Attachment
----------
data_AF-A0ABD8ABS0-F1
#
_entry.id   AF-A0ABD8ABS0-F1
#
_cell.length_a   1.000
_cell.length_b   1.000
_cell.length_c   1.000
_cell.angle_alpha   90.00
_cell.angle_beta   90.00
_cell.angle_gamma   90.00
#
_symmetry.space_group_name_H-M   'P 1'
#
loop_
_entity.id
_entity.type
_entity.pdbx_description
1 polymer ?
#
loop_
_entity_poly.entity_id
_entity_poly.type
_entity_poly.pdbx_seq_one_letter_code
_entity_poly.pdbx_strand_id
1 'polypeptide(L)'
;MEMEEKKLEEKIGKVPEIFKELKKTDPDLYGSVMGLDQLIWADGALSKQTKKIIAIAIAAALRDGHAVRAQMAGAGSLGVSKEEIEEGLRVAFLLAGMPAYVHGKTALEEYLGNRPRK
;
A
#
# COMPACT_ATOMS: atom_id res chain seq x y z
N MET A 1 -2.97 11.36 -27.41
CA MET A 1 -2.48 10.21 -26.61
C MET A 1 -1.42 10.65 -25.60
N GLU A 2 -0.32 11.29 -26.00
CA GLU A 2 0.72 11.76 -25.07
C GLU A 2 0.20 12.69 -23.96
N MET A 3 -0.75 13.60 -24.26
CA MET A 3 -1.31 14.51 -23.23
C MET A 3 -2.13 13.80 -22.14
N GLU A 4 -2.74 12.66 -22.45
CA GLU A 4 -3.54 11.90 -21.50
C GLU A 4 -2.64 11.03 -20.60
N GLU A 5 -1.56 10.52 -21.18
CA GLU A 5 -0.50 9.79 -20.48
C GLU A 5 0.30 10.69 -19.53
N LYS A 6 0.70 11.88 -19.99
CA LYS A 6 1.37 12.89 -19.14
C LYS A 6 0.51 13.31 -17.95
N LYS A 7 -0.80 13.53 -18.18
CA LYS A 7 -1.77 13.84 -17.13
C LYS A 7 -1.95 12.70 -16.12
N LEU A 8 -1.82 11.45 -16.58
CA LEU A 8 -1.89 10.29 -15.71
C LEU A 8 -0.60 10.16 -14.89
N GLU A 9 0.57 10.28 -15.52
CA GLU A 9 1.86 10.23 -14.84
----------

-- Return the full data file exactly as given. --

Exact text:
data_AF-A0ABD8ABS0-F1
#
_entry.id   AF-A0ABD8ABS0-F1
#
_cell.length_a   1.000
_cell.length_b   1.000
_cell.length_c   1.000
_cell.angle_alpha   90.00
_cell.angle_beta   90.00
_cell.angle_gamma   90.00
#
_symmetry.space_group_name_H-M   'P 1'
#
loop_
_entity.id
_entity.type
_entity.pdbx_description
1 polymer ?
#
loop_
_entity_poly.entity_id
_entity_poly.type
_entity_poly.pdbx_seq_one_letter_code
_entity_poly.pdbx_strand_id
1 'polypeptide(L)'
;MEMEEKKLEEKIGKVPEIFKELKKTDPDLYGSVMGLDQLIWADGALSKQTKKIIAIAIAAALRDGHAVRAQMAGAGSLGVSKEEIEEGLRVAFLLAGMPAYVHGKTALEEYLGNRPRK
;
A
#
# COMPACT_ATOMS: atom_id res chain seq x y z
N MET A 1 -2.97 11.36 -27.41
CA MET A 1 -2.48 10.21 -26.61
C MET A 1 -1.42 10.65 -25.60
N GLU A 2 -0.32 11.29 -26.00
CA GLU A 2 0.72 11.76 -25.07
C GLU A 2 0.20 12.69 -23.96
N MET A 3 -0.75 13.60 -24.26
CA MET A 3 -1.31 14.51 -23.23
C MET A 3 -2.13 13.80 -22.14
N GLU A 4 -2.74 12.66 -22.45
CA GLU A 4 -3.54 11.90 -21.50
C GLU A 4 -2.64 11.03 -20.60
N GLU A 5 -1.56 10.52 -21.18
CA GLU A 5 -0.50 9.79 -20.48
C GLU A 5 0.30 10.69 -19.53
N LYS A 6 0.70 11.88 -19.99
CA LYS A 6 1.37 12.89 -19.14
C LYS A 6 0.51 13.31 -17.95
N LYS A 7 -0.80 13.53 -18.18
CA LYS A 7 -1.77 13.84 -17.13
C LYS A 7 -1.95 12.70 -16.12
N LEU A 8 -1.82 11.45 -16.58
CA LEU A 8 -1.89 10.29 -15.71
C LEU A 8 -0.60 10.16 -14.89
N GLU A 9 0.57 10.28 -15.52
CA GLU A 9 1.86 10.23 -14.84